¶6 By contrast, the State asserts that the record shows the prosecutor had no interaction with the victim at the preliminary hearing. The State points to the statements made by the prosecutor in the hearing wherein Defendant pled guilty. There the prosecutor stated, "When we met initially during the intake, her very first impression of the case was actually she was not seeking prison at the time and was fairly amenable to resolving the case . . . . Since that time [she] has not communicated with the State at all, although we've made multiple attempts to contact her."[2]

         ¶7 Between the waiver of the preliminary hearing and Defendant's plea, Defendant's counsel filed various motions and requests, including a motion to suppress evidence. All of these issues were set for hearing in January 2015. Instead of pursuing the motions and going to trial, Defendant pled guilty to the lesser charge and the court found that the plea was knowingly and voluntarily made. The plea statement Defendant signed provided, "In exchange for the Defendant's plea of guilty the prosecution agrees that in the event the victim does not affirmatively insist upon the prosecutor seeking a prison commitment that the prosecutor will recommend probation and no prison." The following statements were also made at the hearing:

[Defense Counsel]: [I]t is anticipated, your Honor, that in exchange for this guilty plea, that as the prosecution has heretofore indicated to the Court that unless the victim affirmatively requests a commitment of prison for the defendant's behavior, that the prosecution in this matter will recommend no prison time, and will recommend probation in some form.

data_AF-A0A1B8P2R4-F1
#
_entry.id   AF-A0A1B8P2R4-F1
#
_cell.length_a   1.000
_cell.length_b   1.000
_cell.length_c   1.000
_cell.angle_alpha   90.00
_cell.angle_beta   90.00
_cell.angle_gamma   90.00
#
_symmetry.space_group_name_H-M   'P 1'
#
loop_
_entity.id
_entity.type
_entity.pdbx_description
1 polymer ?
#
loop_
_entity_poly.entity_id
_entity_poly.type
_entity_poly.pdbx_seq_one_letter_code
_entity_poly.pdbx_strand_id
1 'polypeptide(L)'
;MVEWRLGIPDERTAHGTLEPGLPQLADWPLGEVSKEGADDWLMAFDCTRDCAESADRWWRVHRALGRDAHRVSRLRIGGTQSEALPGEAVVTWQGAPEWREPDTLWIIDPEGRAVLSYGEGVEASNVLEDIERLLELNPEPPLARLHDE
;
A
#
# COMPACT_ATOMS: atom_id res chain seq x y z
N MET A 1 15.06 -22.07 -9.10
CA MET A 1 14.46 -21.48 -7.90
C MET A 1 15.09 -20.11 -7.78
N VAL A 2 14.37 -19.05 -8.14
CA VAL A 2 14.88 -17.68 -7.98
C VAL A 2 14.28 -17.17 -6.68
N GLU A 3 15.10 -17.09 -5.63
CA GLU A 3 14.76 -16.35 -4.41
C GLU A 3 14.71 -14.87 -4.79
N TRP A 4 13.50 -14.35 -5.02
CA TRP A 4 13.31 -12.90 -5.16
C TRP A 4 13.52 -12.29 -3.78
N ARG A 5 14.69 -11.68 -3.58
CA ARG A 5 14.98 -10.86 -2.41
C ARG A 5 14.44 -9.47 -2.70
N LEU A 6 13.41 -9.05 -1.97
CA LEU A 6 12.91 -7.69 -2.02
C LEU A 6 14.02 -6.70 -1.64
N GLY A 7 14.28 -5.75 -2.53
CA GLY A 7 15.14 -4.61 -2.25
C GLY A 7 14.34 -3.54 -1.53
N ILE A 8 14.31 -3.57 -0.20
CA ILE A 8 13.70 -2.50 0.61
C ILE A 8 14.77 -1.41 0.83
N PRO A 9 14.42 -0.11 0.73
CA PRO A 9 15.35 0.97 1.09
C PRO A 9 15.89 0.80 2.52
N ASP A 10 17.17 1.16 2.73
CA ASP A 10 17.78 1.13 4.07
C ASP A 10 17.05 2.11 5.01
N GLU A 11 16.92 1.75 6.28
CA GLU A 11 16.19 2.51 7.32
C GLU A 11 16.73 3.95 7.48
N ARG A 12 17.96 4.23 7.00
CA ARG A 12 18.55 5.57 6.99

[Prosecutor]: That is correct, your Honor. Our recommendation is simply that we would honor the victim's wishes. If the victim were asking for a prison sentence, we're not bound to not recommend prison. If the victim is not seeking a prison sentence, we will not go beyond her request. That recommendation, however, does not bind the State in any way as to jail . . . .[3]

         ¶8 Defendant recited his memory of the plea hearing in his affidavit:

[My attorneys] came to me and informed me that [the prosecutor] had agreed to reduce the charge . . . . They also said it would be likely I would not face any prison time because [the prosecutor] had expressly confirmed with [my attorneys] that the complainant in this case did not want me to go to prison. . . . During the hearing with the court I again heard [the prosecutor] state that the complainant did not want a prison term for me even though he had been unable to contact her for several months. Based upon his statement I felt very good about my decision to enter into a guilty plea in this case.[4]

         ¶9 The subsequent report from Adult Probation and Parole (AP&P) recommended a term of imprisonment and included a statement from the victim that she wanted Defendant to go to prison for at least two years to compensate for the time that she had suffered as the case proceeded. The victim made a similar statement at the sentencing hearing in March 2015.

         ¶10 Shortly after Defendant received the AP&P report, his private investigator again contacted the victim by telephone. He recorded the conversation, a certified transcript of which Defendant included in his motion to withdraw his guilty plea. The phone call included the following exchange:

[Private Investigator]: [I]nitially, when this whole thing started and you had spoken with the district attorney and the prosecutor . . . at a hearing they believe you said that you ...